United States District Court, N.D. California
ORDER DISMISSING COMPLAINT FOLLOWING § 1915
REVIEW RE: DKT. NO. 1
NATHANAEL M. COUSINS United States Magistrate Judge.
Mahamoud Ascarie, proceeding pro se, alleges that he was
wrongfully terminated and tricked into working on a volunteer
basis as a part time chemistry lecturer by his former
employer, Gavilan College. Dkt. No. 1 at 2. However, Ascarie
fails to state a basis for federal subject matter
jurisdiction. Therefore, Ascarie's complaint is dismissed
with leave to amend. He must file an amended complaint by
August 8, 2016, or his complaint will be dismissed with
Review Under § 1915
28 U.S.C. § 1915(a), "any court of the United
States may authorize the commencement... of any suit. . .
without prepayment of fees or security therefor, by a person
who submits an affidavit that includes a statement. . . that
the person is unable to pay such fees or give security
therefor." A district court must dismiss the complaint
of an in forma pauperis (IFP) applicant if it determines that
the complaint is frivolous or fails to Case No. 16-cv-02493
NC state a claim upon which relief can be granted. 28 U.S.C.
§ 1915(e)(2)(B); Lopez v. Smith, 203 F.3d 1122,
1126-27 (9th Cir. 2000). A complaint is frivolous for
purposes of 28 U.S.C. § 1915 if it lacks an arguable
basis either in law or in fact. Neitzke v. Williams,
490 U.S. 319, 325 (1989). "Dismissals on these grounds
are often made sua sponte prior to the issuance of process,
so as to spare prospective defendants the inconvenience and
expense of answering such complaints." Id. at
litigant is acting pro se and the court finds the
litigant's complaint frivolous within the meaning of 28
U.S.C. § 1915(e)(2)(B), the pro se litigant "must
be given leave to amend his or her complaint, and some notice
of its deficiencies, unless it is absolutely clear that the
deficiencies of the complaint could not be cured by
amendment." Cato v. United States, 70 F.3d
1103, 1106 (9th Cir. 1995) (citation omitted).
Federal Subject Matter Jurisdiction
courts are courts of limited jurisdiction, " and can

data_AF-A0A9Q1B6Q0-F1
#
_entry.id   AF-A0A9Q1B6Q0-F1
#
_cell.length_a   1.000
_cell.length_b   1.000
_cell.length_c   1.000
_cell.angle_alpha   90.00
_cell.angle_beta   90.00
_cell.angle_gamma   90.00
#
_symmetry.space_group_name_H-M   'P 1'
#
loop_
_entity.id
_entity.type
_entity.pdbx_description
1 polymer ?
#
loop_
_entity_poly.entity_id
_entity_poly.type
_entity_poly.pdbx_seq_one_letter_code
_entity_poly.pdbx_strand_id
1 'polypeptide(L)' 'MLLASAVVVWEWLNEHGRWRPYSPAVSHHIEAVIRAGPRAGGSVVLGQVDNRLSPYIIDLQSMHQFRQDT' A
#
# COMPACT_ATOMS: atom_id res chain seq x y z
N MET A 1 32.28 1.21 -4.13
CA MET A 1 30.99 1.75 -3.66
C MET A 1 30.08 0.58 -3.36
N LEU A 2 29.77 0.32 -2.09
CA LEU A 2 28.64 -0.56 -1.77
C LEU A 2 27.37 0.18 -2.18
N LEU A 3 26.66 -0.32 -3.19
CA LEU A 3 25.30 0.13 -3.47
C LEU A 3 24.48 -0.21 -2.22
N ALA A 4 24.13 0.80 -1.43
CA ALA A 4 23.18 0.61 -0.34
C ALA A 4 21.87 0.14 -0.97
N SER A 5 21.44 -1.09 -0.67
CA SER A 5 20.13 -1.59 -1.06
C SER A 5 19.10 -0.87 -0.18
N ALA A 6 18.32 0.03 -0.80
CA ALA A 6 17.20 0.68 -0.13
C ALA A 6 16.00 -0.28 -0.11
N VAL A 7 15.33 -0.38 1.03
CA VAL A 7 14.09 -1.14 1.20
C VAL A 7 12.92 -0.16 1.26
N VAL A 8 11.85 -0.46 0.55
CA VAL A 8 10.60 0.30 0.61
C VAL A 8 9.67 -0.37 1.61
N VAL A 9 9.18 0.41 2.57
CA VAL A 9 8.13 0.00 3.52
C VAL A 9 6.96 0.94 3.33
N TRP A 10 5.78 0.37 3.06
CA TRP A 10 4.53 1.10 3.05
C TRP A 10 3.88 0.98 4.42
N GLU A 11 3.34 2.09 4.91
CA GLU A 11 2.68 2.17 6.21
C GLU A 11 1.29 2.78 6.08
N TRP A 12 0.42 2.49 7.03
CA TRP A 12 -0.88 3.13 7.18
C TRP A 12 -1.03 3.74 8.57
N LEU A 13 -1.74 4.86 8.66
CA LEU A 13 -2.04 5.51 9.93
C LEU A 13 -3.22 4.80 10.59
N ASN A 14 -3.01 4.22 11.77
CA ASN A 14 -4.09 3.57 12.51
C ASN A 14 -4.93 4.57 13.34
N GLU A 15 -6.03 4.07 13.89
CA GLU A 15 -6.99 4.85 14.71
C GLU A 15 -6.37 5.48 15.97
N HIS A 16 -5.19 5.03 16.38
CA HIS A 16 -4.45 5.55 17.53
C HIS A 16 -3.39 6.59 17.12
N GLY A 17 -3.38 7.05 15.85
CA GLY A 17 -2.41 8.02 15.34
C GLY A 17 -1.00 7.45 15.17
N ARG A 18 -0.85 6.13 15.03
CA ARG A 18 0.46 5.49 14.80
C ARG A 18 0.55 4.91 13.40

only adjudicate cases which the Constitution or Congress
authorize to; cases involving a federal question or diversity
of citizenship. Kokkonen v. Guardian Life Ins. Co. of
Am., 511 U.S. 375, 377 (1994).
subject matter jurisdiction based on the presence of a
federal question is governed by 28 U.S.C. § 1331 and
requires a civil action to arise under the constitution,
laws, or treaties of the United States. "[I]t is
elementary that the subject matter jurisdiction of the
district court is not a waivable matter and may be raised at
any time by one of the parties, by motion or in the
responsive pleadings, or sua sponte by the trial or reviewing
court." Emrich v. Touch Ross & Co., 846
F.2d 1190, 1194 fn. 2 (9th Cir. 1988). Federal subject matter
jurisdiction based upon diversity is governed by 28 U.S.C.
§ 1332(a)(1) and requires complete diversity of
citizenship and an amount in controversy in excess of $75,
Ascarie has shown in his IFP application that he is unable to
pay the filing fee required to file a complaint in federal
district court. Dkt. Nos. 2, 5 (application and order
granting IFP status). However, upon review of his
allegations, the Court finds that, liberally construed, his
complaint does not pass § 1915 review and should be
dismissed for lack of federal subject matter jurisdiction.
states that "[v]enue is proper in this court, within the
meaning of subdivision (b) of California Code Section 12965,
because the unlawful employment practices complained herein
occurred within Santa Clara County, California."
Id. at 2. However, this is incorrect. Unlike state
court, which is a court of general jurisdiction, a federal
court may hear a case only if it has subject matter
jurisdiction, which requires either (1) federal question
jurisdiction or (2) diversity jurisdiction.
Kokkonen, 511 U.S. at 377.
Court to have federal question jurisdiction, Ascarie's
action must arise under federal law. 28 U.S.C. § 1331.
"A case arises under federal law within the meaning of
§ 1331 if a well-pleaded complaint establishes either
that federal law creates the cause of action or that the
plaintiff's right to relief necessarily depends on
resolution of a substantial question of federal law."
Proctor v. Vishay Intertechnology Inc., 584 F.3d
1208, 1219 (9th Cir. 2009) (internal quotations omitted).
Pursuant to the "well-pleaded complaint" rule,
"the federal question on which jurisdiction is premised
cannot be supplied via a defense; rather, the federal
question must be disclosed upon the face of the complaint,
unaided by the answer." Provincial Gov't of
Marinduque v. Placer Dome, Inc., 582 F.3d 1083, 1086
(9th Cir. 2009) (internal quotations omitted).
Ascarie's complaint appears to be grounded solely in
California state law. He alleges that Defendants have
violated the "California Fair Employment and Housing Act
(California Government Code Section 129000 et seq.), "
and "Section 12940 of the California Government Code,
" and also references the "Government Claims Act
(California Government Code Section 810 et seq.)." Dkt.
No. 1 at 2, 3, 5. He does not allege a violation of the
Constitution or of federal employment law. Because his